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  1. Distributing Risks: Allocation Principles for Distributing Reversible and Irreversible Losses.Neelke Doorn - 2018 - Ethics, Policy and Environment 21 (1):96-109.
    This paper aims to develop a framework for distributing risks. Based on a distinction between risks with reversible losses and risks with irreversible losses, I defend the following composite allocation principle: first, irreversible risks should be allocated on the basis of needs and only after some threshold level has been achieved can the remaining risks distributed in such a way that the total disvalue of these losses is minimized. An important advantage of this allocation framework is that it does not (...)
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  • Climate Change is Unjust War: Geoengineering and the Rising Tides of War.Kyle Fruh & Marcus Hedahl - 2019 - Southern Journal of Philosophy 57 (3):378-401.
    Climate change is undeniably a global problem, but the situation is especially dire for countries whose territory is comprised entirely or primarily of low-lying land. While geoengineering might offer an opportunity to protect these states, international consensus on the particulars of any geoengineering proposal seems unlikely. To consider the moral complexities created by unilateral deploy- ment of geoengineering technologies, we turn to a moral convention with a rich history of assessing interference in the sovereign affairs of foreign states: the just (...)
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  • The Ethics of Geoengineering: A Literature Review.Augustine Pamplany, Bert Gordijn & Patrick Brereton - forthcoming - Science and Engineering Ethics:1-51.
    Geoengineering as a technological intervention to avert the dangerous climate change has been on the table at least since 2006. The global outreach of the technology exercised in a non-encapsulated system, the concerns with unprecedented levels and scales of impact and the overarching interdisciplinarity of the project make the geoengineering debate ethically quite relevant and complex. This paper explores the ethical desirability of geoengineering from an overall review of the existing literature on the ethics of geoengineering. It identifies the relevant (...)
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  • The Ethics of Climate Engineering: Solar Radiation Management and Non-Ideal Justice.Toby Svoboda - 2017 - Routledge.
    This book analyzes major ethical issues surrounding the use of climate engineering, particularly solar radiation management techniques, which have the potential to reduce some risks of anthropogenic climate change but also carry their own risks of harm and injustice. The book argues that we should approach the ethics of climate engineering via "non-ideal theory," which investigates what justice requires given the fact that many parties have failed to comply with their duty to mitigate greenhouse gas emissions. Specifically, it argues that (...)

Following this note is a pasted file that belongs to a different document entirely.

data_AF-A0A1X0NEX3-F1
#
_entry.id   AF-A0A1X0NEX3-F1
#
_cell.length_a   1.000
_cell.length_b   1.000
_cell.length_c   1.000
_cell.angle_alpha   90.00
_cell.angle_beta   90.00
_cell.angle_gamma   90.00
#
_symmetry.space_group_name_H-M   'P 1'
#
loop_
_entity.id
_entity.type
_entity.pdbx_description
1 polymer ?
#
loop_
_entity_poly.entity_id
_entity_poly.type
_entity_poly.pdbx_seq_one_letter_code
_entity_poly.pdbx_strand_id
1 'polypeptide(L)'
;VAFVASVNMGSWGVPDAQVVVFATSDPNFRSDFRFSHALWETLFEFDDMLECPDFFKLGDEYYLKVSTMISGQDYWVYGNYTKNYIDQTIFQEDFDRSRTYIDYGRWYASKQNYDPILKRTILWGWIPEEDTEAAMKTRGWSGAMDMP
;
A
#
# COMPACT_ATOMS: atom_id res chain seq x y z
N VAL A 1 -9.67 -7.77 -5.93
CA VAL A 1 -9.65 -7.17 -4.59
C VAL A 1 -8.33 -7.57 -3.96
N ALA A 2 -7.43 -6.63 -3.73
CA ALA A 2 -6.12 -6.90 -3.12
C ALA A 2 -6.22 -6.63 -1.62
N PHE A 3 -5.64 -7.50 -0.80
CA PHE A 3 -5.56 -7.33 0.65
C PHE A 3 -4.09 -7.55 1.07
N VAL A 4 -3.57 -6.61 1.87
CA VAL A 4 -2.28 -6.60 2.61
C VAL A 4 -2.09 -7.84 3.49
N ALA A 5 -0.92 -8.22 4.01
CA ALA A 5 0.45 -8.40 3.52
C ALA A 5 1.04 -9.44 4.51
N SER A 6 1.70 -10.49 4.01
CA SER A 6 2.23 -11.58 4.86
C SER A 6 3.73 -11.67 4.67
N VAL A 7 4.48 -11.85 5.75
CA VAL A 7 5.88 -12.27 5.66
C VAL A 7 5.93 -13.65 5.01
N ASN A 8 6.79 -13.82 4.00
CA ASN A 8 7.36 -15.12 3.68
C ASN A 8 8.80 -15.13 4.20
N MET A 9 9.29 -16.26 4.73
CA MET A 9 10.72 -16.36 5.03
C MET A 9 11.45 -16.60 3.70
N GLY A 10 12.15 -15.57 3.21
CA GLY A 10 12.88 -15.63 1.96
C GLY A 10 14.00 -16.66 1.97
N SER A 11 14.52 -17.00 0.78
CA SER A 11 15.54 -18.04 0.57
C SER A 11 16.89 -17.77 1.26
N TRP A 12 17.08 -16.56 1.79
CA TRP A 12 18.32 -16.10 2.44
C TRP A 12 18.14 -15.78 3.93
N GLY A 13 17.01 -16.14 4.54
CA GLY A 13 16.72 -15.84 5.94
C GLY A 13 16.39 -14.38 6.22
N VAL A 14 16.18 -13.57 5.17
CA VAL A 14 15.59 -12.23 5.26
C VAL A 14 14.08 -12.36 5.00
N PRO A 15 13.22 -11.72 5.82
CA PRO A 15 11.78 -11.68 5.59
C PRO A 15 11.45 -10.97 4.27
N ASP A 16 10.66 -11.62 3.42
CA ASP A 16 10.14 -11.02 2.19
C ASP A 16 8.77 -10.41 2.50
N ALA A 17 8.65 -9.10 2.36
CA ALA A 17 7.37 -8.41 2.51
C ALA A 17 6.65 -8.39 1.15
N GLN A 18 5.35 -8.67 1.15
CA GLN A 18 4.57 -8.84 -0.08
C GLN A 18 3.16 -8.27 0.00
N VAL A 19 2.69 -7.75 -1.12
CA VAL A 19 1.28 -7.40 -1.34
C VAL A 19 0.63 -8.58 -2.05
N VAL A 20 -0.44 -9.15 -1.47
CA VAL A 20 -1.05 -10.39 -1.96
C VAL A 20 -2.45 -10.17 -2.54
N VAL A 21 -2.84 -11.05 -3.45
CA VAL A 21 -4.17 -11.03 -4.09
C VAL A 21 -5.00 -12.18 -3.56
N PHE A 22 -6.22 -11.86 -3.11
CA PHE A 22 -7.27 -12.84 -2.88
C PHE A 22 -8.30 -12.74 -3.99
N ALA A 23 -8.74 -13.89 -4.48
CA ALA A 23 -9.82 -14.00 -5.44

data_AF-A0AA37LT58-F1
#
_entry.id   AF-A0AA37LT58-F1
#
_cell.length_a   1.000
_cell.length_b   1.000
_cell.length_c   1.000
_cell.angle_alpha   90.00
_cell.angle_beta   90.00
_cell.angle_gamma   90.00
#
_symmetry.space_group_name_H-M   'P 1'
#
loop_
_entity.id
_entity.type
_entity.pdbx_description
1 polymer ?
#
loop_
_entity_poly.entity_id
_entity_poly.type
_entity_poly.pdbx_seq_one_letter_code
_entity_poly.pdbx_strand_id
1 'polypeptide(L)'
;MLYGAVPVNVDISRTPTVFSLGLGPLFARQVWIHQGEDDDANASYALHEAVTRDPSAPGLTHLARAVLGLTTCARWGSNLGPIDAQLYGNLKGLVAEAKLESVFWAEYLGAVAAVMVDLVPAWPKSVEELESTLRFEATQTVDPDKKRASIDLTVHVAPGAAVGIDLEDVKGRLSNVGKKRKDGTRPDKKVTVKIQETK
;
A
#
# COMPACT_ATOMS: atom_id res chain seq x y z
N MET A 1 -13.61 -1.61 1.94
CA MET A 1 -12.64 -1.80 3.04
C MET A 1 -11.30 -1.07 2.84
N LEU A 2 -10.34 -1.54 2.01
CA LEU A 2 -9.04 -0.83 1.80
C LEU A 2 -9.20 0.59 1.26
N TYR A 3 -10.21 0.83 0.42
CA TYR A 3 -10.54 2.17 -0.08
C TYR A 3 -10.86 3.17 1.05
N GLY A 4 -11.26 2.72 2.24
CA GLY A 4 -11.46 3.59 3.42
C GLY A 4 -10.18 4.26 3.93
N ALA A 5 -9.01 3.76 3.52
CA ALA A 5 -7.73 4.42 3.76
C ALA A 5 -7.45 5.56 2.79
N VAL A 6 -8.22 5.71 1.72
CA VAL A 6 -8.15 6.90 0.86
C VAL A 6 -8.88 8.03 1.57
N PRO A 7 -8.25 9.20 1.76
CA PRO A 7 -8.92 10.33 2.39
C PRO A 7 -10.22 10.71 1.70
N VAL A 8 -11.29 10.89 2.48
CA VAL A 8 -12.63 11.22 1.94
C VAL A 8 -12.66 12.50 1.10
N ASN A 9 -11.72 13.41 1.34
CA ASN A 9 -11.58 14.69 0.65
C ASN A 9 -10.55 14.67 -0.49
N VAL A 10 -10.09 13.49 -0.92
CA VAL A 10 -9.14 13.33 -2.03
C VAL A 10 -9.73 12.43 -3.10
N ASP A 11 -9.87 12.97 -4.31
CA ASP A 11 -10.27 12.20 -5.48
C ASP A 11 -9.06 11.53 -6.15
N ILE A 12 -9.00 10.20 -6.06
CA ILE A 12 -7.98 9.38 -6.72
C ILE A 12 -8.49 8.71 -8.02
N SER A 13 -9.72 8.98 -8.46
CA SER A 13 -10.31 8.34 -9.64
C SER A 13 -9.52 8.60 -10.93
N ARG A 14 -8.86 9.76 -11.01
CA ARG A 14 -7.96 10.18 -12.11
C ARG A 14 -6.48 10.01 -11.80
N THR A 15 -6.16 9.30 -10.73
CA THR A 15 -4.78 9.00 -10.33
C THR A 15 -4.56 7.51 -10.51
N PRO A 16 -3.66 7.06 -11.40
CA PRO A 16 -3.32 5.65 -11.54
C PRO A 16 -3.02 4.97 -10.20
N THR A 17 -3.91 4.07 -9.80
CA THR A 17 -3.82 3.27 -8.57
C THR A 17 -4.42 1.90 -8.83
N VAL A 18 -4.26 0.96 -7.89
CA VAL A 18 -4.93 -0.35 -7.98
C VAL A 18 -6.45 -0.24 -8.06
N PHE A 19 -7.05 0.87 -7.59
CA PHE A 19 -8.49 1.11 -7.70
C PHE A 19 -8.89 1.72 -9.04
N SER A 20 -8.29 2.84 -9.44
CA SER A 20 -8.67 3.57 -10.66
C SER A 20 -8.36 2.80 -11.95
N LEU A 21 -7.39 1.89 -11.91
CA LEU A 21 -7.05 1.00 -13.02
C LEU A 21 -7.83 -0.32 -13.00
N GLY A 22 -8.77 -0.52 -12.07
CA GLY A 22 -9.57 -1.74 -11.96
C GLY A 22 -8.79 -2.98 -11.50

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  • Geoengineering and Non-Ideal Theory.David R. Morrow & Toby Svoboda - 2016 - Public Affairs Quarterly 30 (1):85-104.
    The strongest arguments for the permissibility of geoengineering (also known as climate engineering) rely implicitly on non-ideal theory—roughly, the theory of justice as applied to situations of partial compliance with principles of ideal justice. In an ideally just world, such arguments acknowledge, humanity should not deploy geoengineering; but in our imperfect world, society may need to complement mitigation and adaptation with geoengineering to reduce injustices associated with anthropogenic climate change. We interpret research proponents’ arguments as an application of a particular (...)
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  • Carbon Emissions, Stratospheric Aerosol Injection, and Unintended Harms.Christopher J. Preston - 2017 - Ethics and International Affairs 31 (4):479-493.
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  • Philosophical Clarity and Real-World Debate.Christopher J. Preston - 2014 - Ethics, Policy and Environment 17 (2):139-142.
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  • Fiat Justitia, Ruat Caelum. Habermasian Reflections on Moral Constraints.Somogy Varga - 2014 - Ethics, Policy and Environment 17 (2):153-156.
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  • Why Solar Radiation Management is (Much) More Likely to Be Morally Permissible.Wouter F. Kalf - 2014 - Ethics, Policy and Environment 17 (2):150-152.
    Ethics, Policy & Environment, Volume 17, Issue 2, Page 150-152, June 2014.
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  • Wild Animal Suffering is Intractable.Nicolas Delon & Duncan Purves - 2018 - Journal of Agricultural and Environmental Ethics 31 (2):239-260.
    Most people believe that suffering is intrinsically bad. In conjunction with facts about our world and plausible moral principles, this yields a pro tanto obligation to reduce suffering. This is the intuitive starting point for the moral argument in favor of interventions to prevent wild animal suffering. If we accept the moral principle that we ought, pro tanto, to reduce the suffering of all sentient creatures, and we recognize the prevalence of suffering in the wild, then we seem committed to (...)
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  • State Action, State Policy, and the Doing/Allowing Distinction.Brian Berkey - 2014 - Ethics, Policy and Environment 17 (2):147-149.
  • Redirecting Threats, the Doctrine of Doing and Allowing, and the Special Wrongness of Solar Radiation Management.Patrick Taylor Smith - 2014 - Ethics, Policy and Environment 17 (2):143-146.